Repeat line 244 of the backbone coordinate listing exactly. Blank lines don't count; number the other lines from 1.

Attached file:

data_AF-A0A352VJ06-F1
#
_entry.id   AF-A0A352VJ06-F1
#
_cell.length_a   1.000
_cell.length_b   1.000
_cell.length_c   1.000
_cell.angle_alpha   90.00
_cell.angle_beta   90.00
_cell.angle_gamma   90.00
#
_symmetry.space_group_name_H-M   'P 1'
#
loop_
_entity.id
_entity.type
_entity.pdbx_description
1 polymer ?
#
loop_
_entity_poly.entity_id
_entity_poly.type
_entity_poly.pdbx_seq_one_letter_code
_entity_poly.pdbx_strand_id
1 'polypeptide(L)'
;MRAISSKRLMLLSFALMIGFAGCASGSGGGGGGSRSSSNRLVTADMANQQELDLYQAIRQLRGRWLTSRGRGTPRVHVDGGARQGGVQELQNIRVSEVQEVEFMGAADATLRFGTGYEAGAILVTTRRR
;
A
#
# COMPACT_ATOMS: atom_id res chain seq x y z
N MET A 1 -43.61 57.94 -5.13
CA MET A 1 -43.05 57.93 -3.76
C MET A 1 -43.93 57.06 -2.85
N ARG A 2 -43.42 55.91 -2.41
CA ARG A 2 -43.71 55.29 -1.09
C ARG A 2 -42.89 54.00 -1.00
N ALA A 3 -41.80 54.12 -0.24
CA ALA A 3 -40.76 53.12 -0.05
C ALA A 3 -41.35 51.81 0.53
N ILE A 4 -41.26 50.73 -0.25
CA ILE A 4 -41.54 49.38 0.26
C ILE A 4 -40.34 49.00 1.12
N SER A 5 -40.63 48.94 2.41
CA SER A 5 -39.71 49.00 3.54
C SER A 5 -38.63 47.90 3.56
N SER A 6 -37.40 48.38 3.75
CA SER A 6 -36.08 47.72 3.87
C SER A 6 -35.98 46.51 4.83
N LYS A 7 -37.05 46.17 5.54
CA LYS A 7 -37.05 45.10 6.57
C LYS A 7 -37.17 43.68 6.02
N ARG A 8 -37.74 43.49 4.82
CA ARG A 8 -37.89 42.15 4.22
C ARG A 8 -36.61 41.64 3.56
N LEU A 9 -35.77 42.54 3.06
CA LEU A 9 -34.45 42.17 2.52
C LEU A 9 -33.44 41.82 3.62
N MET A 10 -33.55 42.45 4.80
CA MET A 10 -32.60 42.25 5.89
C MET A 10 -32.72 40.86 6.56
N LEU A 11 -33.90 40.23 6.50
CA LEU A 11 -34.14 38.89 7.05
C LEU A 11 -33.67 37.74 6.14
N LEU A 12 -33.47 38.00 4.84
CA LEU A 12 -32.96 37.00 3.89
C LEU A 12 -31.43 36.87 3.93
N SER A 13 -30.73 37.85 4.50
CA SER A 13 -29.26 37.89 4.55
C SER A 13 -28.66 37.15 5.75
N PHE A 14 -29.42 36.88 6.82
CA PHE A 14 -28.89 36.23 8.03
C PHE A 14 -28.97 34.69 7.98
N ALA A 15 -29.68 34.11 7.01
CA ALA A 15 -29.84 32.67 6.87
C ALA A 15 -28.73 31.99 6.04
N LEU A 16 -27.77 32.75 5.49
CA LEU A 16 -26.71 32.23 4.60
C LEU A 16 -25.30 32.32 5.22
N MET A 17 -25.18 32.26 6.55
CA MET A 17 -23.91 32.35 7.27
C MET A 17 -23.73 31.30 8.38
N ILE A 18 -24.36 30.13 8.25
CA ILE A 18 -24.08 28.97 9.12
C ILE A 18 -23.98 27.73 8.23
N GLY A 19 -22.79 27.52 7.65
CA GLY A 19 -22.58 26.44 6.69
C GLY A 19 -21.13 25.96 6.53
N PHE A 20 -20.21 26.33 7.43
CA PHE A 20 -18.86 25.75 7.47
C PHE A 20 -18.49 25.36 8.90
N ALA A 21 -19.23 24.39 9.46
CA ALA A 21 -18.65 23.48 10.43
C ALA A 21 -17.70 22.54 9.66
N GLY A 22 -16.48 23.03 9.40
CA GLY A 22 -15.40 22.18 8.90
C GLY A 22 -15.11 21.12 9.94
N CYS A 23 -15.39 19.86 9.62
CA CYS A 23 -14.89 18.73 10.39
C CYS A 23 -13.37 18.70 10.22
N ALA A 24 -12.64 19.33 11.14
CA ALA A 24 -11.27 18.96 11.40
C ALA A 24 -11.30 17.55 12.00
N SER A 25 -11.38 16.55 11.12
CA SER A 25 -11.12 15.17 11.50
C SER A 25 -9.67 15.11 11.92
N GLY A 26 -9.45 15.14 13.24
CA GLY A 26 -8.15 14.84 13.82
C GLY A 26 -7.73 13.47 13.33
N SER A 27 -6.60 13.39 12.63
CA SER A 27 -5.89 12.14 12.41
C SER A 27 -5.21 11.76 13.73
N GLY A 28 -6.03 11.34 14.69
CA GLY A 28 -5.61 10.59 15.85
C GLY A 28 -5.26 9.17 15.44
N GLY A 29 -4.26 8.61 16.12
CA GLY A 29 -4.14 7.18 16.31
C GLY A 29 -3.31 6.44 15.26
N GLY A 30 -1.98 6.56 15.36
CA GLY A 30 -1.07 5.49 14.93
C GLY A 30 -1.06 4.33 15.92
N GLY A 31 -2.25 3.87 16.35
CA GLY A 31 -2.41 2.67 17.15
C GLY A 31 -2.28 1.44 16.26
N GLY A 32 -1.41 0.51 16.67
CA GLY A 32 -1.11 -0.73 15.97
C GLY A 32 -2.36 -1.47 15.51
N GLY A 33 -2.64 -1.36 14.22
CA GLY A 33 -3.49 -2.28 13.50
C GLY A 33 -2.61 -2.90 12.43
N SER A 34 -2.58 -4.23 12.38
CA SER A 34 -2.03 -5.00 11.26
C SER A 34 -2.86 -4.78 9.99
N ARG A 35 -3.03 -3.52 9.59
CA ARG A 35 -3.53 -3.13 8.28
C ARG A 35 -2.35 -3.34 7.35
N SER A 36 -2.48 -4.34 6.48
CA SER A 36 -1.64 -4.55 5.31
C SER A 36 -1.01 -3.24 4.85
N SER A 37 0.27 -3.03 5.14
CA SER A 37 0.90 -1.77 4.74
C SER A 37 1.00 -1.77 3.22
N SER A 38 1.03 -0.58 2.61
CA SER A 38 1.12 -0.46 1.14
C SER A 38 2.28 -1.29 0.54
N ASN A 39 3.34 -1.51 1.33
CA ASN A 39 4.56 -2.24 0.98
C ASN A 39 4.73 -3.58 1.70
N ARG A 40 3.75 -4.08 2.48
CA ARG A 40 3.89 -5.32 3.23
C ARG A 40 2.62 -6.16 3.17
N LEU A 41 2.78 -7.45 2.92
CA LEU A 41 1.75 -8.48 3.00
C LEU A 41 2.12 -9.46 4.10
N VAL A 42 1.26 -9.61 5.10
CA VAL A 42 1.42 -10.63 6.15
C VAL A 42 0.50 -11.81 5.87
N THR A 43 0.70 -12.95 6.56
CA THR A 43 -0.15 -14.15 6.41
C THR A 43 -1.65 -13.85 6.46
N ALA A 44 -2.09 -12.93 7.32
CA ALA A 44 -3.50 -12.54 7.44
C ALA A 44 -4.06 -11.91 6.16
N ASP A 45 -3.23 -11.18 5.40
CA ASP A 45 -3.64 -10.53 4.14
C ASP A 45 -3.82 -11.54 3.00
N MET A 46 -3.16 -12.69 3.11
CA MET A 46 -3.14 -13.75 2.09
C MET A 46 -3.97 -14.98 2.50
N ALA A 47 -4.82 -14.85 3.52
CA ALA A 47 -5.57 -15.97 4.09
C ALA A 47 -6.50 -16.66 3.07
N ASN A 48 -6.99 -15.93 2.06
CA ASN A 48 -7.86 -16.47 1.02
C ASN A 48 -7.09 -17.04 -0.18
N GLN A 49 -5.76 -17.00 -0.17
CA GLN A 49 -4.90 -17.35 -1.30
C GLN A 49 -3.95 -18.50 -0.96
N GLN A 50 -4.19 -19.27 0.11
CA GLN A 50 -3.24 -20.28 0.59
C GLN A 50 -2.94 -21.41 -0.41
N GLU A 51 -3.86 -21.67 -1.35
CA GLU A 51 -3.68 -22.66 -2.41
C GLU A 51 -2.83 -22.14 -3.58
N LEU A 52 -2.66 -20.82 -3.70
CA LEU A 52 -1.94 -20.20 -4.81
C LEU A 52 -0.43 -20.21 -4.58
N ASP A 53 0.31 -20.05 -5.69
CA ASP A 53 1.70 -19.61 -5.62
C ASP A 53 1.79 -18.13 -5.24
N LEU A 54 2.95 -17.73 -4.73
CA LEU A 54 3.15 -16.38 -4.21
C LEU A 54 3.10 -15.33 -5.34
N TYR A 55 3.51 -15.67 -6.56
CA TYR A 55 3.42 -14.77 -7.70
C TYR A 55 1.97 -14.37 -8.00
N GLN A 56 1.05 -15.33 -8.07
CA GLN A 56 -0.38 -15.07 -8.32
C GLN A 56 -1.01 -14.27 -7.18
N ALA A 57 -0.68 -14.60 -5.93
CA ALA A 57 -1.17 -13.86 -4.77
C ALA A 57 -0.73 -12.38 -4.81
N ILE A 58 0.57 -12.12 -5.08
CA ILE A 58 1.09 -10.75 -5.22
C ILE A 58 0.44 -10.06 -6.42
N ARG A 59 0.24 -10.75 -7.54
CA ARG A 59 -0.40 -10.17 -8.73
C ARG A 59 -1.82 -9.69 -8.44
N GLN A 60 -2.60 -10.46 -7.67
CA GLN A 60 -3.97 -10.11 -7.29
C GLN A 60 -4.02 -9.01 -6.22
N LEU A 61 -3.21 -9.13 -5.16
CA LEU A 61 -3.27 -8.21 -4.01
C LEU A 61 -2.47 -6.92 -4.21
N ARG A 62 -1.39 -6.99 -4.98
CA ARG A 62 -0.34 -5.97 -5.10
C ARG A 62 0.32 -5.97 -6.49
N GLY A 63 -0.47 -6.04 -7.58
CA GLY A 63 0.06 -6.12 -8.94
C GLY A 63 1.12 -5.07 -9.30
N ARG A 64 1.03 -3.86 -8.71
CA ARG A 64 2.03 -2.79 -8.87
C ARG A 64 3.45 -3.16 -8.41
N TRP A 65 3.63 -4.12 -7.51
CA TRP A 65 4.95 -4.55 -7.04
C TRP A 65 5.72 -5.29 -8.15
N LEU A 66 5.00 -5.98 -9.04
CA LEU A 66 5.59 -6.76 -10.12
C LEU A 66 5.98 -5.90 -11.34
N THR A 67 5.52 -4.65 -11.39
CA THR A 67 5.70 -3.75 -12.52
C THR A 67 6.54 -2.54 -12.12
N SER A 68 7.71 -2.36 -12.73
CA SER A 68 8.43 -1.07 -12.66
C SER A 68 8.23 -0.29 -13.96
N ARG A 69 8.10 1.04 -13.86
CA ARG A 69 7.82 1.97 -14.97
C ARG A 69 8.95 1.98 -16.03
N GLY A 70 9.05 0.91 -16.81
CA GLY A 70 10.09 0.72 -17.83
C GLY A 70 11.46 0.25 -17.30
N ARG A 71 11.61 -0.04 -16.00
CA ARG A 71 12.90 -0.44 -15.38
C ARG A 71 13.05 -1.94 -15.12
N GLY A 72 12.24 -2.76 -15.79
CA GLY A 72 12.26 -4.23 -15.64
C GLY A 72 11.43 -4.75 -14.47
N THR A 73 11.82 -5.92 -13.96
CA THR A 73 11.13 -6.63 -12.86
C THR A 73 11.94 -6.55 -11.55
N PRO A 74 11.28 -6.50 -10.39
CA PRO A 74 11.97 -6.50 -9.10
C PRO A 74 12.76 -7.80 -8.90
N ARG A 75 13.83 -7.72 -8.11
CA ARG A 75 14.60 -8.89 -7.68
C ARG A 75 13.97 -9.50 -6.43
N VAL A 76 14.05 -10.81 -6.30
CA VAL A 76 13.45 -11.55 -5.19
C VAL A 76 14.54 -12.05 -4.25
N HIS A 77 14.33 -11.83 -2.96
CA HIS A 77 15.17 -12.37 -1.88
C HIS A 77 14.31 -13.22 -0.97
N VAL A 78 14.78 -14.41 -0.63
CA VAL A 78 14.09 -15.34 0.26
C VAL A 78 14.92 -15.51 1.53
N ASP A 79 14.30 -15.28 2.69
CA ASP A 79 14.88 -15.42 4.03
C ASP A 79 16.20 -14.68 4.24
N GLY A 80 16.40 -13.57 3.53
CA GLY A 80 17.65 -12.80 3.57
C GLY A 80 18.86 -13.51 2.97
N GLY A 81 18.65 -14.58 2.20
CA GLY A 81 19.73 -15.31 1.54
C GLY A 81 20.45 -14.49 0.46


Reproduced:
N GLY A 72 12.24 -2.76 -15.79